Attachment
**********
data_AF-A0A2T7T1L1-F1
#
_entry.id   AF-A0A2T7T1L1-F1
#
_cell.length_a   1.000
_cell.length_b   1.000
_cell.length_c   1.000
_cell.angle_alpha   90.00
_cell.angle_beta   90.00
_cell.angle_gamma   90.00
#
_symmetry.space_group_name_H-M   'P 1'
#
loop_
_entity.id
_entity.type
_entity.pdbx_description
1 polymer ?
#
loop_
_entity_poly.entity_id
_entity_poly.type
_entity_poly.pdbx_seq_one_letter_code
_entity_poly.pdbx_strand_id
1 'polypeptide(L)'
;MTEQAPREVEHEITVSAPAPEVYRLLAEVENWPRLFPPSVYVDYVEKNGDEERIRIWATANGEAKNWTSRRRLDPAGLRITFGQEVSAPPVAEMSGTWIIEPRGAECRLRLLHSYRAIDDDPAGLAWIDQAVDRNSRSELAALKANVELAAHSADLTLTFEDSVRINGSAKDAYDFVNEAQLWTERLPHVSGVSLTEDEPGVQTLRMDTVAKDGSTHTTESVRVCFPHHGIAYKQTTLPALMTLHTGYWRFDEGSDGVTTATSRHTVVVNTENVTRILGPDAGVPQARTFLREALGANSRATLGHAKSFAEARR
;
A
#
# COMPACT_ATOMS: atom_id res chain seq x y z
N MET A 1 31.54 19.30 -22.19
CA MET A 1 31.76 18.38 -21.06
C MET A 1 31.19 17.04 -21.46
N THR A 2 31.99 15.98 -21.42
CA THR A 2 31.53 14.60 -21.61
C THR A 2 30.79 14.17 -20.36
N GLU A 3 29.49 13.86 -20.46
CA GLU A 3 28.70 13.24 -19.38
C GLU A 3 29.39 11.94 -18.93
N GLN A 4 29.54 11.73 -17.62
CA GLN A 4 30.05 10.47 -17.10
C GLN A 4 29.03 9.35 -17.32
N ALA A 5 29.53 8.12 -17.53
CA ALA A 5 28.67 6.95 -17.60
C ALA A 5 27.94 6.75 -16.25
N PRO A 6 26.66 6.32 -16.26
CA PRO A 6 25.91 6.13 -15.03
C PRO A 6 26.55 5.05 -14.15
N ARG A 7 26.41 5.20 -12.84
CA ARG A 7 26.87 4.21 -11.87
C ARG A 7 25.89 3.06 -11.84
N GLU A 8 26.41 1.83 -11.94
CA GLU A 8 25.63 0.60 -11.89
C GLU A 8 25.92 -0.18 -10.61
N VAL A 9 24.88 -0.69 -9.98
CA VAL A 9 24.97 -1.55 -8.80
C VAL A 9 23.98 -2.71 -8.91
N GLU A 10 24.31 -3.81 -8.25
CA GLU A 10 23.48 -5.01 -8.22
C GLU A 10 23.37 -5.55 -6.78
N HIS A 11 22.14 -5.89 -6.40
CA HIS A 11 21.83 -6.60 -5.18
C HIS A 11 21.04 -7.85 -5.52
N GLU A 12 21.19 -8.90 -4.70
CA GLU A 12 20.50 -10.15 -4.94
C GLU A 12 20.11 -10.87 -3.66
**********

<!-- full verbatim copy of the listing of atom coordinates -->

data_AF-A0A2T7T1L1-F1
#
_entry.id   AF-A0A2T7T1L1-F1
#
_cell.length_a   1.000
_cell.length_b   1.000
_cell.length_c   1.000
_cell.angle_alpha   90.00
_cell.angle_beta   90.00
_cell.angle_gamma   90.00
#
_symmetry.space_group_name_H-M   'P 1'
#
loop_
_entity.id
_entity.type
_entity.pdbx_description
1 polymer ?
#
loop_
_entity_poly.entity_id
_entity_poly.type
_entity_poly.pdbx_seq_one_letter_code
_entity_poly.pdbx_strand_id
1 'polypeptide(L)'
;MTEQAPREVEHEITVSAPAPEVYRLLAEVENWPRLFPPSVYVDYVEKNGDEERIRIWATANGEAKNWTSRRRLDPAGLRITFGQEVSAPPVAEMSGTWIIEPRGAECRLRLLHSYRAIDDDPAGLAWIDQAVDRNSRSELAALKANVELAAHSADLTLTFEDSVRINGSAKDAYDFVNEAQLWTERLPHVSGVSLTEDEPGVQTLRMDTVAKDGSTHTTESVRVCFPHHGIAYKQTTLPALMTLHTGYWRFDEGSDGVTTATSRHTVVVNTENVTRILGPDAGVPQARTFLREALGANSRATLGHAKSFAEARR
;
A
#
# COMPACT_ATOMS: atom_id res chain seq x y z
N MET A 1 31.54 19.30 -22.19
CA MET A 1 31.76 18.38 -21.06
C MET A 1 31.19 17.04 -21.46
N THR A 2 31.99 15.98 -21.42
CA THR A 2 31.53 14.60 -21.61
C THR A 2 30.79 14.17 -20.36
N GLU A 3 29.49 13.86 -20.46
CA GLU A 3 28.70 13.24 -19.38
C GLU A 3 29.39 11.94 -18.93
N GLN A 4 29.54 11.73 -17.62
CA GLN A 4 30.05 10.47 -17.10
C GLN A 4 29.03 9.35 -17.32
N ALA A 5 29.53 8.12 -17.53
CA ALA A 5 28.67 6.95 -17.60
C ALA A 5 27.94 6.75 -16.25
N PRO A 6 26.66 6.32 -16.26
CA PRO A 6 25.91 6.13 -15.03
C PRO A 6 26.55 5.05 -14.15
N ARG A 7 26.41 5.20 -12.84
CA ARG A 7 26.87 4.21 -11.87
C ARG A 7 25.89 3.06 -11.84
N GLU A 8 26.41 1.83 -11.94
CA GLU A 8 25.63 0.60 -11.89
C GLU A 8 25.92 -0.18 -10.61
N VAL A 9 24.88 -0.69 -9.98
CA VAL A 9 24.97 -1.55 -8.80
C VAL A 9 23.98 -2.71 -8.91
N GLU A 10 24.31 -3.81 -8.25
CA GLU A 10 23.48 -5.01 -8.22
C GLU A 10 23.37 -5.55 -6.78
N HIS A 11 22.14 -5.89 -6.40
CA HIS A 11 21.83 -6.60 -5.18
C HIS A 11 21.04 -7.85 -5.52
N GLU A 12 21.19 -8.90 -4.70
CA GLU A 12 20.50 -10.15 -4.94
C GLU A 12 20.11 -10.87 -3.66